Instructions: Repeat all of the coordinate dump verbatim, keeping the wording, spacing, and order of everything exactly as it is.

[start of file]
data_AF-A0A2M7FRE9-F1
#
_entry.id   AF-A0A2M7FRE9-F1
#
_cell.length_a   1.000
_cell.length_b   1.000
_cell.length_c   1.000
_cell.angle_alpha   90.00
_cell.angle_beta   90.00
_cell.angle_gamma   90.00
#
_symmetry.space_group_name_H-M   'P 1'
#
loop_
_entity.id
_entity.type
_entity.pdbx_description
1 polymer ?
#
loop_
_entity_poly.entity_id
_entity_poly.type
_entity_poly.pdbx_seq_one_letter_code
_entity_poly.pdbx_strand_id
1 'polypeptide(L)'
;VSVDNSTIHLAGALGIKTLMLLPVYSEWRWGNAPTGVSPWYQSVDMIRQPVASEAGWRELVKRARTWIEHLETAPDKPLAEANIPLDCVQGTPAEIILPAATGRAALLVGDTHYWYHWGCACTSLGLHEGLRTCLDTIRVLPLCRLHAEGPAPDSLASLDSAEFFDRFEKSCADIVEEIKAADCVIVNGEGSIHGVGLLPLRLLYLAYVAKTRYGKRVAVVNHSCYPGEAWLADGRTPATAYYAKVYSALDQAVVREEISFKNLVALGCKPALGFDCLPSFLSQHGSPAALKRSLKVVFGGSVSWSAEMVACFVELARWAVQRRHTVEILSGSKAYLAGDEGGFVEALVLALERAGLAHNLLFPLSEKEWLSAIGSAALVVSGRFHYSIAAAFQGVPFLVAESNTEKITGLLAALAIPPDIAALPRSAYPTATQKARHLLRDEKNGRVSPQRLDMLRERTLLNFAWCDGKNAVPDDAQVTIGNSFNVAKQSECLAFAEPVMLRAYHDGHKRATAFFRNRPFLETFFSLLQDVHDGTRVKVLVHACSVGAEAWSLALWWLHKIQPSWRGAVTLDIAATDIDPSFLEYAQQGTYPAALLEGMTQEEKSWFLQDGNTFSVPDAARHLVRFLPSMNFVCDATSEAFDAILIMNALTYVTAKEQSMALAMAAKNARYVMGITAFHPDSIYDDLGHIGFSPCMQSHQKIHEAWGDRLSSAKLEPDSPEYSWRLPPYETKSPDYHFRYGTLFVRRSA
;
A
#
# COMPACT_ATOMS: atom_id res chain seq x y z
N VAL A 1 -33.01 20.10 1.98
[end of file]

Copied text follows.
data_AF-A0A2M7FRE9-F1
#
_entry.id   AF-A0A2M7FRE9-F1
#
_cell.length_a   1.000
_cell.length_b   1.000
_cell.length_c   1.000
_cell.angle_alpha   90.00
_cell.angle_beta   90.00
_cell.angle_gamma   90.00
#
_symmetry.space_group_name_H-M   'P 1'
#
loop_
_entity.id
_entity.type
_entity.pdbx_description
1 polymer ?
#
loop_
_entity_poly.entity_id
_entity_poly.type
_entity_poly.pdbx_seq_one_letter_code
_entity_poly.pdbx_strand_id
1 'polypeptide(L)'
;VSVDNSTIHLAGALGIKTLMLLPVYSEWRWGNAPTGVSPWYQSVDMIRQPVASEAGWRELVKRARTWIEHLETAPDKPLAEANIPLDCVQGTPAEIILPAATGRAALLVGDTHYWYHWGCACTSLGLHEGLRTCLDTIRVLPLCRLHAEGPAPDSLASLDSAEFFDRFEKSCADIVEEIKAADCVIVNGEGSIHGVGLLPLRLLYLAYVAKTRYGKRVAVVNHSCYPGEAWLADGRTPATAYYAKVYSALDQAVVREEISFKNLVALGCKPALGFDCLPSFLSQHGSPAALKRSLKVVFGGSVSWSAEMVACFVELARWAVQRRHTVEILSGSKAYLAGDEGGFVEALVLALERAGLAHNLLFPLSEKEWLSAIGSAALVVSGRFHYSIAAAFQGVPFLVAESNTEKITGLLAALAIPPDIAALPRSAYPTATQKARHLLRDEKNGRVSPQRLDMLRERTLLNFAWCDGKNAVPDDAQVTIGNSFNVAKQSECLAFAEPVMLRAYHDGHKRATAFFRNRPFLETFFSLLQDVHDGTRVKVLVHACSVGAEAWSLALWWLHKIQPSWRGAVTLDIAATDIDPSFLEYAQQGTYPAALLEGMTQEEKSWFLQDGNTFSVPDAARHLVRFLPSMNFVCDATSEAFDAILIMNALTYVTAKEQSMALAMAAKNARYVMGITAFHPDSIYDDLGHIGFSPCMQSHQKIHEAWGDRLSSAKLEPDSPEYSWRLPPYETKSPDYHFRYGTLFVRRSA
;
A
#
# COMPACT_ATOMS: atom_id res chain seq x y z
N VAL A 1 -33.01 20.10 1.98